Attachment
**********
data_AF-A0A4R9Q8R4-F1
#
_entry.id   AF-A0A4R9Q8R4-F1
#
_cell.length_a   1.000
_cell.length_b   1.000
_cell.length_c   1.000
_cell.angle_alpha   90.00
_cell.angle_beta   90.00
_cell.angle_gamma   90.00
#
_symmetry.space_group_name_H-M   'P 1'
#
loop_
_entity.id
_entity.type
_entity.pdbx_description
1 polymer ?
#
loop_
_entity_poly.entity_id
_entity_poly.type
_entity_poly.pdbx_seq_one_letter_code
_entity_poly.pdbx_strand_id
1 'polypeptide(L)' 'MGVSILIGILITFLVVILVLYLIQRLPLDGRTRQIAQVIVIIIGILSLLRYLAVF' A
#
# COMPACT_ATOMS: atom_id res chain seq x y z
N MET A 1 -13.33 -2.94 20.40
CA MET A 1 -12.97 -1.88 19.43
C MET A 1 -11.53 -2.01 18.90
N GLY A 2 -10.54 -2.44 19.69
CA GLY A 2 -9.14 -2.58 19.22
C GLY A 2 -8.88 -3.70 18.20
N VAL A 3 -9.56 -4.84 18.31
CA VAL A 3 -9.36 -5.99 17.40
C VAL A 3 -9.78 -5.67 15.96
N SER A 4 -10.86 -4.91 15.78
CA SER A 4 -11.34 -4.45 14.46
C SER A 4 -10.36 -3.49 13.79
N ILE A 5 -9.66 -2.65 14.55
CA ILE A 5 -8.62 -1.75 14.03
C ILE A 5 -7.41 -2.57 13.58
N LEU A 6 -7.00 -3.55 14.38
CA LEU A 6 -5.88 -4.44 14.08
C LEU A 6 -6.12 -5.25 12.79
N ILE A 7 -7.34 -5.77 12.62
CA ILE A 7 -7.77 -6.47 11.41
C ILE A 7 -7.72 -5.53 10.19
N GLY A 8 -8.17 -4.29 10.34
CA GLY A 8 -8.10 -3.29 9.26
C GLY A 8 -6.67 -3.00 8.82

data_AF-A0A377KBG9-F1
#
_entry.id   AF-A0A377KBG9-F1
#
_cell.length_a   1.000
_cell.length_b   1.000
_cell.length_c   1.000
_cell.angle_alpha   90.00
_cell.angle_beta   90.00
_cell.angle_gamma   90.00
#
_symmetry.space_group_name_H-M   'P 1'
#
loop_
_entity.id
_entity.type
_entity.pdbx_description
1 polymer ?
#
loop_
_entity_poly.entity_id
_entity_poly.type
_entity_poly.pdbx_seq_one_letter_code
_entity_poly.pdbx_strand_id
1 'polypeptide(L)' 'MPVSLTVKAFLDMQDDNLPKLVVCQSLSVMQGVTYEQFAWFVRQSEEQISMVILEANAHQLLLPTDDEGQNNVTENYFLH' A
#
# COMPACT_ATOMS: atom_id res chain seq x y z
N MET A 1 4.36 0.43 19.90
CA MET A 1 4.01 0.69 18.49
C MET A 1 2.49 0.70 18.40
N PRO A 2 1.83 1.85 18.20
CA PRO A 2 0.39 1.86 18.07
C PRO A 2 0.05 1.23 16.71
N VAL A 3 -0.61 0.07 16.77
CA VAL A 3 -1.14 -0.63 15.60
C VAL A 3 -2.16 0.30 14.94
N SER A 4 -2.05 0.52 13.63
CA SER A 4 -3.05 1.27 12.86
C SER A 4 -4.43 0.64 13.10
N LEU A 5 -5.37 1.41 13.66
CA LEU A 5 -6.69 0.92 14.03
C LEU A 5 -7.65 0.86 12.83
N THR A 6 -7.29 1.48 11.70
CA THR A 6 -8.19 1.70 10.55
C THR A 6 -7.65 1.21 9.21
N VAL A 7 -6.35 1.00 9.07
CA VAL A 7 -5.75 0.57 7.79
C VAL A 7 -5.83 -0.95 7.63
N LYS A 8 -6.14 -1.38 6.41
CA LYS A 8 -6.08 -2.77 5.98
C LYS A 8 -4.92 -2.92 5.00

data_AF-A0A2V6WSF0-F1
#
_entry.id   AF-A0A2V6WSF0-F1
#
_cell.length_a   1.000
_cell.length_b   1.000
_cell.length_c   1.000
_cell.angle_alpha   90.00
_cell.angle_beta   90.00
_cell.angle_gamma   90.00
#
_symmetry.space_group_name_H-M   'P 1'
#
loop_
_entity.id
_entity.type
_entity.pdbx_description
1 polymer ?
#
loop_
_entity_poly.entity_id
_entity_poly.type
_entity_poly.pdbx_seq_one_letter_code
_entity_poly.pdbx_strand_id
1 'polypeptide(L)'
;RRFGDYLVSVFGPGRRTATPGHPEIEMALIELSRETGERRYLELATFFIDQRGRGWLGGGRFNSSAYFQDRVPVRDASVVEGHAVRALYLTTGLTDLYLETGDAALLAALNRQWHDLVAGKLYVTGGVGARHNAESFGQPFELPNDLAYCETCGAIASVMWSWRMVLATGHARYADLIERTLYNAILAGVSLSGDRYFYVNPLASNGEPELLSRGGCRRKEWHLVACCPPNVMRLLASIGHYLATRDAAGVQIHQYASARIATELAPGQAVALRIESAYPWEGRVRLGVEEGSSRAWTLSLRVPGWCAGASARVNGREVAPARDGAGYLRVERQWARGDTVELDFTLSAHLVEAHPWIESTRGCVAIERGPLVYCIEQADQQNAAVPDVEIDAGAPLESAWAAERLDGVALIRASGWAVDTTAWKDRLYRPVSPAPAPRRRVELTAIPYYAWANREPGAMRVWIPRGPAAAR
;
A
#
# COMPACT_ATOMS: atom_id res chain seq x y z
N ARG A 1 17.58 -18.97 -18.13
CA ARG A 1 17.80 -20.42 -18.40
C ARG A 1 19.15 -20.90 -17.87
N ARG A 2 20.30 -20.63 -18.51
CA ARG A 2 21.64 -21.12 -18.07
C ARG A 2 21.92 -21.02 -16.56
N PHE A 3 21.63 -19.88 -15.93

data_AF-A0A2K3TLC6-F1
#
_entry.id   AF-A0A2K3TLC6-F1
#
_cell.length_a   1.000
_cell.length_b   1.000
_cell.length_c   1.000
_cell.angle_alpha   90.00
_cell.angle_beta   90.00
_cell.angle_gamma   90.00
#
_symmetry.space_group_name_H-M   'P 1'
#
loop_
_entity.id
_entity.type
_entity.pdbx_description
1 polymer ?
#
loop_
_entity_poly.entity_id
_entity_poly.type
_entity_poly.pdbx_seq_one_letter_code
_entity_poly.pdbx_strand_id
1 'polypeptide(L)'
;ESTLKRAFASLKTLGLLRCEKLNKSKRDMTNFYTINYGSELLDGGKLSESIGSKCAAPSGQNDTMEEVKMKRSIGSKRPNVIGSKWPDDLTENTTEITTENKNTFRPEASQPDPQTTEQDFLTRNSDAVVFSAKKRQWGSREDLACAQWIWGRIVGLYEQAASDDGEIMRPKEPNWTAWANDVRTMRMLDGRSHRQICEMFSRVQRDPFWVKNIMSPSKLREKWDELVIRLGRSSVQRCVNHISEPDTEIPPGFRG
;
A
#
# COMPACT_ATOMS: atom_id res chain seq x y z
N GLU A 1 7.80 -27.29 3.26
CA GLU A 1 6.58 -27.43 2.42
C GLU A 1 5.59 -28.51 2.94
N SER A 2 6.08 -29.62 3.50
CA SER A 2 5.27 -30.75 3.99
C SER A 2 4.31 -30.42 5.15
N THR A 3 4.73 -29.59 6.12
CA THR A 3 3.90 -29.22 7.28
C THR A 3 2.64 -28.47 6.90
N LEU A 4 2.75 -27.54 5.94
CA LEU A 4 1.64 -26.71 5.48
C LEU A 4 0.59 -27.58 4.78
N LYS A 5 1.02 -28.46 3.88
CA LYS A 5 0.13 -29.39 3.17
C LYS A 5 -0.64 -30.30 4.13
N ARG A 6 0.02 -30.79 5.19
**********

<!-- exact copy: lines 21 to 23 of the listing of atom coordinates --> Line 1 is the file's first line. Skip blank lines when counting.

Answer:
_entity_poly.entity_id
_entity_poly.type
_entity_poly.pdbx_seq_one_letter_code